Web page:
Updated: Jan 30, 2019
Drycleaning uses solvent to remove soils and stains from fabric in specially designed machines.
The term "drycleaning" is misleading: it is called drycleaning because the solvent contains little or no water and does not penetrate the fibers as water does. Among the advantages of drycleaning is its ability to dissolve greases and oils in a way that water cannot.
The drycleaning process begins with the pretreatment of spots and stains using special cleaning agents. The garments are then loaded into a machine resembling an oversized front-loading washer. It produces similar mechanical action to loosen embedded dirt. Throughout the cleaning process, the solvent is filtered or distilled to ensure its clarity. The garments are then dried in the same machine that does the cleaning.
Wetcleaning is the professional process of removing soils from garments and other textile items through the use of water. The American Association of Textile Chemists and Colorists (AATCC) definition for Professional Wetcleaning is: A process for cleaning sensitive textiles (e.g., wool, silk, rayon, linen) in water by professionals using special technology, detergents, and additives to minimize the potential for adverse effects. It is followed by appropriate drying and restorative finishing procedures.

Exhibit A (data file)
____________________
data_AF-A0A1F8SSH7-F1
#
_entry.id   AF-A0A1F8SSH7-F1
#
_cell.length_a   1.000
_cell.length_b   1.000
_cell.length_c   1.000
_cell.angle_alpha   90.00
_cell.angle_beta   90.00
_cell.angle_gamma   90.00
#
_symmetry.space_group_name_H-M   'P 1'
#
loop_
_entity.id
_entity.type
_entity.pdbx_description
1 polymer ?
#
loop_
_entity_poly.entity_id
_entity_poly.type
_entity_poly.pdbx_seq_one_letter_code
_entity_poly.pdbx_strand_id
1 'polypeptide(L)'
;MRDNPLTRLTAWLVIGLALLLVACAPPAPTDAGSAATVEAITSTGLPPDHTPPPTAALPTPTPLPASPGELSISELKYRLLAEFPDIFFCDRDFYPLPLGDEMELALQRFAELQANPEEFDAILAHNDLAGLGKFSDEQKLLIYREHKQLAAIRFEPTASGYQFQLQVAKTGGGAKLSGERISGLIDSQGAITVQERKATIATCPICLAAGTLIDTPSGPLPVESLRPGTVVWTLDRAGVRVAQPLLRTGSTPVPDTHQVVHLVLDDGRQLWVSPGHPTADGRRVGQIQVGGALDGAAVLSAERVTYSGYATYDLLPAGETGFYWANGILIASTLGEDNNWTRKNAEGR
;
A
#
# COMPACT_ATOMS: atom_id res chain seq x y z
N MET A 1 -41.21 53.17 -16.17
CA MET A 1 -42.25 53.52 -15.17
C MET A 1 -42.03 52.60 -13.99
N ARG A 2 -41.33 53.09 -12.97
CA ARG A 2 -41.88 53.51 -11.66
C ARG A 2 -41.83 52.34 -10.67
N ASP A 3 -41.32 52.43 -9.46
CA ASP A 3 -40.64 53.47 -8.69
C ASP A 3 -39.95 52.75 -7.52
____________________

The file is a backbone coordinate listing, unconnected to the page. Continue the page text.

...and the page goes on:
Professional laundering for shirts and other "washable" items is another process we use to keep your garments looking their best. Special detergents, additives, and finishes set commercial laundry apart from home laundering. This process enables us to offer consistent quality shirts at reasonable prices. Collars come cleaner and their professional pressing offers a crisper finish.
When items first come into our store, we check to see what the best process for each item is depending on the stains the item has and the options we have based on the item's care label. In this way, we ensure the cleaning method chosen keeps you looking your best.